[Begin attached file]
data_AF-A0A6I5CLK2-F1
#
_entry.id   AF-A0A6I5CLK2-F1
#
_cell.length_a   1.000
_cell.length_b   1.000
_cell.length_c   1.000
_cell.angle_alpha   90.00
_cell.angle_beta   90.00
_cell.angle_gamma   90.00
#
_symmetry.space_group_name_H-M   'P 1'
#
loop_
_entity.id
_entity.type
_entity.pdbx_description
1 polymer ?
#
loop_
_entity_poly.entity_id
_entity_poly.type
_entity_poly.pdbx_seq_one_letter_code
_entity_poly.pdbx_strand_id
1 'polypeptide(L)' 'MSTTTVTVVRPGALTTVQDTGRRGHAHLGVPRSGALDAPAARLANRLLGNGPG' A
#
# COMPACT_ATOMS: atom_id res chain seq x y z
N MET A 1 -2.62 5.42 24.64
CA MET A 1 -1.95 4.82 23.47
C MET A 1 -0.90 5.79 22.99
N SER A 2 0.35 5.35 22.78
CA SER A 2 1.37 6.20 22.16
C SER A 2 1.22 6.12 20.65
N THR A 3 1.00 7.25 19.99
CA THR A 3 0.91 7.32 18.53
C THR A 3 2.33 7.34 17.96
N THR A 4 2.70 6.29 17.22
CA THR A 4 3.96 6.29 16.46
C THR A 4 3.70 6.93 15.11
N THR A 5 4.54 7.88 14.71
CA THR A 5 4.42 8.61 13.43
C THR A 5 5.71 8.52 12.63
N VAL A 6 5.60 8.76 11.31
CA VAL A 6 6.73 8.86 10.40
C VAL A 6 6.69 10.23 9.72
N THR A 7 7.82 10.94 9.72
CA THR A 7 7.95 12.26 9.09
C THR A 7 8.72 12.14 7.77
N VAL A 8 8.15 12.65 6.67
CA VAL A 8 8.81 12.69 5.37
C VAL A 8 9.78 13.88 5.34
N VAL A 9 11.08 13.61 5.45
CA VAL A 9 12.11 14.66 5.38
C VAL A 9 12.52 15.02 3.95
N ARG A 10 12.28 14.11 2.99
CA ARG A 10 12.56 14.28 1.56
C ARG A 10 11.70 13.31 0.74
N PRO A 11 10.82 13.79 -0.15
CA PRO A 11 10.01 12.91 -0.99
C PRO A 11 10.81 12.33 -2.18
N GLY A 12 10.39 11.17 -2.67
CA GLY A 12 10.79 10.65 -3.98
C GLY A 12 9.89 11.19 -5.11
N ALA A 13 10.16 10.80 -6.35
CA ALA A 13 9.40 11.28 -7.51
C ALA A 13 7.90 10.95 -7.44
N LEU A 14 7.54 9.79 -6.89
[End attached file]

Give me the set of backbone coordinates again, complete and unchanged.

data_AF-A0A6I5CLK2-F1
#
_entry.id   AF-A0A6I5CLK2-F1
#
_cell.length_a   1.000
_cell.length_b   1.000
_cell.length_c   1.000
_cell.angle_alpha   90.00
_cell.angle_beta   90.00
_cell.angle_gamma   90.00
#
_symmetry.space_group_name_H-M   'P 1'
#
loop_
_entity.id
_entity.type
_entity.pdbx_description
1 polymer ?
#
loop_
_entity_poly.entity_id
_entity_poly.type
_entity_poly.pdbx_seq_one_letter_code
_entity_poly.pdbx_strand_id
1 'polypeptide(L)' 'MSTTTVTVVRPGALTTVQDTGRRGHAHLGVPRSGALDAPAARLANRLLGNGPG' A
#
# COMPACT_ATOMS: atom_id res chain seq x y z
N MET A 1 -2.62 5.42 24.64
CA MET A 1 -1.95 4.82 23.47
C MET A 1 -0.90 5.79 22.99
N SER A 2 0.35 5.35 22.78
CA SER A 2 1.37 6.20 22.16
C SER A 2 1.22 6.12 20.65
N THR A 3 1.00 7.25 19.99
CA THR A 3 0.91 7.32 18.53
C THR A 3 2.33 7.34 17.96
N THR A 4 2.70 6.29 17.22
CA THR A 4 3.96 6.29 16.46
C THR A 4 3.70 6.93 15.11
N THR A 5 4.54 7.88 14.71
CA THR A 5 4.42 8.61 13.43
C THR A 5 5.71 8.52 12.63
N VAL A 6 5.60 8.76 11.31
CA VAL A 6 6.73 8.86 10.40
C VAL A 6 6.69 10.23 9.72
N THR A 7 7.82 10.94 9.72
CA THR A 7 7.95 12.26 9.09
C THR A 7 8.72 12.14 7.77
N VAL A 8 8.15 12.65 6.67
CA VAL A 8 8.81 12.69 5.37
C VAL A 8 9.78 13.88 5.34
N VAL A 9 11.08 13.61 5.45
CA VAL A 9 12.11 14.66 5.38
C VAL A 9 12.52 15.02 3.95
N ARG A 10 12.28 14.11 2.99
CA ARG A 10 12.56 14.28 1.56
C ARG A 10 11.70 13.31 0.74
N PRO A 11 10.82 13.79 -0.15
CA PRO A 11 10.01 12.91 -0.99
C PRO A 11 10.81 12.33 -2.18
N GLY A 12 10.39 11.17 -2.67
CA GLY A 12 10.79 10.65 -3.98
C GLY A 12 9.89 11.19 -5.11
N ALA A 13 10.16 10.80 -6.35
CA ALA A 13 9.40 11.28 -7.51
C ALA A 13 7.90 10.95 -7.44
N LEU A 14 7.54 9.79 -6.89